Find Meaning – Even Kids Seek It
By Shlomo Maital
Writing in the New York Times’ Sunday magazine (Oct. 19 issue), KONIKA BANERJEE (Yale grad student in psychology) and PAUL BLOOM (Yale psychology professor) make a powerful, simple point. It is a basic fundamental human drive, to seek meaning – to find meaning in the events that happen to us, right from early childhood.
In research to be published in the leading journal Child Development, the scholars found that: “even young children show a bias to believe that life events happen for a reason — to “send a sign” or “to teach a lesson.” This belief exists regardless of how much exposure the children have had to religion at home, and even if they’ve had none at all.” Other studies confirm that our search for meaning is independent of religious belief. Atheists, too, need to find meaning.”
The researchers caution us that this desperate search for meaning – the belief that there is order and purpose in the world, that it is not ‘aleatoric’ (random) – can lead us into error:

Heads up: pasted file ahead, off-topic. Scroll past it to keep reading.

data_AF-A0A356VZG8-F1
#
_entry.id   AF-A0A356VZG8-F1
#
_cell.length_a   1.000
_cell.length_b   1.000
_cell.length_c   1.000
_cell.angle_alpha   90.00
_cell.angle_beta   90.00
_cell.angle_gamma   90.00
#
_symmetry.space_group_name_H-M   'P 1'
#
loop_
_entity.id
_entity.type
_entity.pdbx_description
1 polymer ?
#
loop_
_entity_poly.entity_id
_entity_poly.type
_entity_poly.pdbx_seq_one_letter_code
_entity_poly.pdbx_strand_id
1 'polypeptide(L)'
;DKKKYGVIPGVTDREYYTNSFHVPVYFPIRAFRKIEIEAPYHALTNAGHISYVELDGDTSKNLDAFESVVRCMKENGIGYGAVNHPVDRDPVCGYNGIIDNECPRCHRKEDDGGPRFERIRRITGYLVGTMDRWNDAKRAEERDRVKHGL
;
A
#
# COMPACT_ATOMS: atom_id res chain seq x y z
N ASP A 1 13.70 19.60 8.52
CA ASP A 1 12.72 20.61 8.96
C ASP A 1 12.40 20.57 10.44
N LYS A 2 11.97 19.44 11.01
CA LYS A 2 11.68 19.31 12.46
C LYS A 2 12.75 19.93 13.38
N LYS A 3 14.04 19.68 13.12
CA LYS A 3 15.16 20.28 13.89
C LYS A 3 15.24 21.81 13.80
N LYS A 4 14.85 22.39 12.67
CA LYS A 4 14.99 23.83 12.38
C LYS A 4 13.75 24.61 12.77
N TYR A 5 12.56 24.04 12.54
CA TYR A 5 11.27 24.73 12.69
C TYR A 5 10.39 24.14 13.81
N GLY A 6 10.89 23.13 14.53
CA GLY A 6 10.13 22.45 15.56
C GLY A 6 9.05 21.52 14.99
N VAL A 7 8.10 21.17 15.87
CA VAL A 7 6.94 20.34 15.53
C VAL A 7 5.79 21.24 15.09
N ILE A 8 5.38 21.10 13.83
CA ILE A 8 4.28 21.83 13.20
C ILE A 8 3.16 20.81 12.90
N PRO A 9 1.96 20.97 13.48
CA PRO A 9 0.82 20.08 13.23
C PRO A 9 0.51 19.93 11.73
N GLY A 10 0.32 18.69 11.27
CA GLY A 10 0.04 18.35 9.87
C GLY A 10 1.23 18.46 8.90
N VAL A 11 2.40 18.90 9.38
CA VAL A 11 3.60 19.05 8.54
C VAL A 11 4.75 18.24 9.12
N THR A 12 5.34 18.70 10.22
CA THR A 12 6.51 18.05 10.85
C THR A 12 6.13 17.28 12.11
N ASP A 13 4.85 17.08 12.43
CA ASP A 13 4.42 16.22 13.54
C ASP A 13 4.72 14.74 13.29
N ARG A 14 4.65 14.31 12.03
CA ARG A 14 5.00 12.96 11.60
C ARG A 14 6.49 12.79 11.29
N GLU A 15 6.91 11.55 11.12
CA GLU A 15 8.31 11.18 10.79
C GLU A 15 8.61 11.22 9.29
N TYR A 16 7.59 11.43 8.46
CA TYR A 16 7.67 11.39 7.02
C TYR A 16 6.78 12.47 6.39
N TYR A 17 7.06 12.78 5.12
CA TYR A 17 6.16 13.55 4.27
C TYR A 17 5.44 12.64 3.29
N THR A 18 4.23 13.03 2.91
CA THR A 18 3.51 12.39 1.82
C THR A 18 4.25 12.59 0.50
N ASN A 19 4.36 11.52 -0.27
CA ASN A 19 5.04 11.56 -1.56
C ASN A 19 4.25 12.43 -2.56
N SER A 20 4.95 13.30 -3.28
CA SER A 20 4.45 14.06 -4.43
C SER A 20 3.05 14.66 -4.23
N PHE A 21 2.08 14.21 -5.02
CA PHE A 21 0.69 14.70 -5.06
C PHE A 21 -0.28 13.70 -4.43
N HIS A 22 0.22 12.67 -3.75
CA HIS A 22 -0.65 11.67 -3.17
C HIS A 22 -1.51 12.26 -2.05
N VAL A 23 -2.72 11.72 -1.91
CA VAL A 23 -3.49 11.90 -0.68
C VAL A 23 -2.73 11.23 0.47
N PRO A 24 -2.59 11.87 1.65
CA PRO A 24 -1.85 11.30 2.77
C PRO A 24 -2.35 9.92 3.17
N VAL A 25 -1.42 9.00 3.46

“But it can lead us into error when we overextend it, causing us to infer psychological states even when none exist. This fosters the illusion that the world itself is full of purpose and design.”
Sometimes, life is indeed random. Take the stock market, for instance. A lot of its movements are random. But ‘experts’ always find an explanation, mostly wrong.
In his book Man’s Search for Meaning, Victor E. Frankl showed how finding meaning in the most desperate context (in his case, a concentration camp) can keep us alive. I often quote Apple guru and VC Guy Kawasaki, who counsels entrepreneurs to “Make meaning, not money”. In other words: Create value in the world, and the money will probably follow.
People who have serious illnesses, for instance, often seek (and find) meaning in their suffering. They emerge from the illness resilient, strong and hopeful. Meaning creates hope. And hope creates strength, often beyond what we could previously imagine.
So, continue to seek meaning. Find meaning in your life, in your relationships, in your startup. And frankly, it doesn’t matter that much if you’re right or wrong about your theory. And recall the two scholars’ last line — finding meaning does not mean you become passive. The opposite – we MAKE meaning by our actions:
“ … the events of human life unfold in a fair and just manner only when individuals and society work hard to make this happen.”